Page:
Virtual account management looks beyond Sepa’s borders

Kimberley Long
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After the groundwork was laid by Sepa, virtual account management (VAM) had the chance to thrive in Europe. Now the question is how to make it work better for corporates and banks alike, and expand its use outside western Europe and the traditional corporate sector.

Bank regulation can yield positive unexpected consequences. For example, the arrival of the Single Euro Payments Area (Sepa) allowed for the accelerated development of virtual accounts (VAs). And the adoption of VAs has enabled some corporates to dramatically streamline their operations across Europe.

VAM services from banks allow corporates to oversee the accounts they hold by converting them from a physical account into a virtual account, the bank account number of which is issued to that company alone. The bank will ensure the funds are transferred into the pool held in the main physical account. 

VAM allows corporates to easily access consolidated data on incoming and outgoing payments across their accounts. 

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Matthew Davies,

Matthew Davies, co-head of product management for GTS EMEA, Bank of America Merrill Lynch (BAML), says the need for companies to be compliant with Sepa laid the groundwork for which VAM has been built upon. 

The harmonization of payments across the eurozone meant funds could easily be moved between accounts and across borders. It also removed the need for a physical account to be in place. This allowed for the creation of as many VAs a given corporate would need – in some cases, thousands – which can feed back into a much smaller pool of physical accounts.

This allowed VAs to thrive across the region. The ability to track every client and every individual payment has made VAs a vital tool for treasurers

Martin Runow, global head of cash management corporates, client product solutions, global transaction banking, Deutsche Bank, says: "Each client has the individual number assigned to them. By paying through the Iban [international bank account number], it is 100% identifiable which entity has made the payment. There is security in knowing who has paid. In retail, this is very appealing."

Pulling funds together through VAM results in the streamlining of complex structures. Having the VAs in place can reduce the need for companies to set up further internal structures. 

Runow says: "There is an aim in the future for some treasurers to have one physical account per currency, and virtual accounts set up where permitted to feed into it. There would be no need for cash pools as there would be one position."

Additional complexities

The move now is to see how it can be developed further. Work is being conducted to add in additional complexities to how accounts flow upwards into the main physical account.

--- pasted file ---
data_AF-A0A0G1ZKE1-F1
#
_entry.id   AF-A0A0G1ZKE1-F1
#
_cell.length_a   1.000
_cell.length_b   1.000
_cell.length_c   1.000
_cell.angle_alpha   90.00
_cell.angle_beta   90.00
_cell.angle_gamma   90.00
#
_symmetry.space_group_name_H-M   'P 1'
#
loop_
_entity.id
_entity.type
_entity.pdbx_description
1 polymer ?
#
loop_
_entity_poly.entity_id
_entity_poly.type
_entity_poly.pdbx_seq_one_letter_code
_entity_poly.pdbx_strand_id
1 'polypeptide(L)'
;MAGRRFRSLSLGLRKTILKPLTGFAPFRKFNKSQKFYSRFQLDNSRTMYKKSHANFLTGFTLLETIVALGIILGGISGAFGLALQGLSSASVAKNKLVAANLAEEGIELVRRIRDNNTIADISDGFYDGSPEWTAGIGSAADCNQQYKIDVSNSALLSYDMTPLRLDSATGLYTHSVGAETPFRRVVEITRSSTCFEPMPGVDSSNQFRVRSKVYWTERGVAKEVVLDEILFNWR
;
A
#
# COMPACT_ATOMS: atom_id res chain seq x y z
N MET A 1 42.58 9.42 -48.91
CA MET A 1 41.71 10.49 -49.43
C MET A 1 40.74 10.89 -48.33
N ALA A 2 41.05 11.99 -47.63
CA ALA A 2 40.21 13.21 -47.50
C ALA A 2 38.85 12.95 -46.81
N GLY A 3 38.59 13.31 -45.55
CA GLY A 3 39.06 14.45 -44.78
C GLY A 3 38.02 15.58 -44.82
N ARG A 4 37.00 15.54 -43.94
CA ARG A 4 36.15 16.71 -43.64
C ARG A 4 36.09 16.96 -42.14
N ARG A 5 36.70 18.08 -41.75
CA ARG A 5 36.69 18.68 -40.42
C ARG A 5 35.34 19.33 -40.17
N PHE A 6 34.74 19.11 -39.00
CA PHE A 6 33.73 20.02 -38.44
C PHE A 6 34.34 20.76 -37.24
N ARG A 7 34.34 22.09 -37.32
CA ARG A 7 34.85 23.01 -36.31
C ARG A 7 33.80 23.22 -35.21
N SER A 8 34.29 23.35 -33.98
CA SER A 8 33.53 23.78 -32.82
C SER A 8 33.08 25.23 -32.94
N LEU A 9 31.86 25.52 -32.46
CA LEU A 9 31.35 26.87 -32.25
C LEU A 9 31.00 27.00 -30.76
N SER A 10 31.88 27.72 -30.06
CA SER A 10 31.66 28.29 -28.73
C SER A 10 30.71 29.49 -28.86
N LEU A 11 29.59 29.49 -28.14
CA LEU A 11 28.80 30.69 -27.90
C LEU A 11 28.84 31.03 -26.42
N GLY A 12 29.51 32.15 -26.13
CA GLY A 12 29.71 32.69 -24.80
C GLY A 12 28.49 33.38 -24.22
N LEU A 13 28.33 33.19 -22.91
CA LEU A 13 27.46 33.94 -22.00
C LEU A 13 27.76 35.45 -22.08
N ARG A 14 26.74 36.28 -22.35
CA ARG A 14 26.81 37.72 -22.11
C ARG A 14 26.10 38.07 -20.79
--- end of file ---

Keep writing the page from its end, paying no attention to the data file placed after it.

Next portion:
"The next step of product evolution is to create more levels of accounts cascading down as well as adding more currencies and payment instruments in more countries," says Runow. "There have been some developments, but they are still in the early stages."

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Martin Runow,
Deutsche Bank

Runow says Deutsche won't add cheques and lockboxes to the accounts, explaining he wants to move towards a wholly electronic environment

Bankers are now assessing which other sectors could benefit from having a more granular view as to where payments are coming and going.

BAML's Davies says: "We are also seeing demand from FX brokers. They’re working in a time-critical business and want to settle FX transactions quickly. When the settlement comes in through a virtual account, it can be matched immediately. We have experienced brokers asking to open up to 40,000 or 50,000 VAs."

New providers in the payments space could benefit from having a defined individual account for each of their users to streamline their processes. 

Davies says: "Another application is by payment service providers, which are looking to offer new services or e-wallets. VAs can segregate the funds on accounts and attribute balances accordingly."

Deutsche's Runow adds: "Similarly, the process works for corporates like PayPal. It is important for them to be able to quickly identify each specific customer."

Deutsche worked with PayPal on setting up their virtual accounts to manage their customers. The bank developed its Accounts Receivable Manager for Sepa (ARM). 

ARM enables auto-reconciliation for Sepa credit transfers. It was developed to manage PayPal’s euro-denominated receivables. It allows the company to assign an individual account for each customer to track the movement of funds.

VAM is still restricted primarily to Europe, although Runow says Deutsche is looking into how it can expand into non-euro denominated European countries and Asia. Although there are similar processes in Asia, these operate more through unique identifier numbers rather than with universally recognized Ibans. If Ibans were implemented, they could be included into a global network.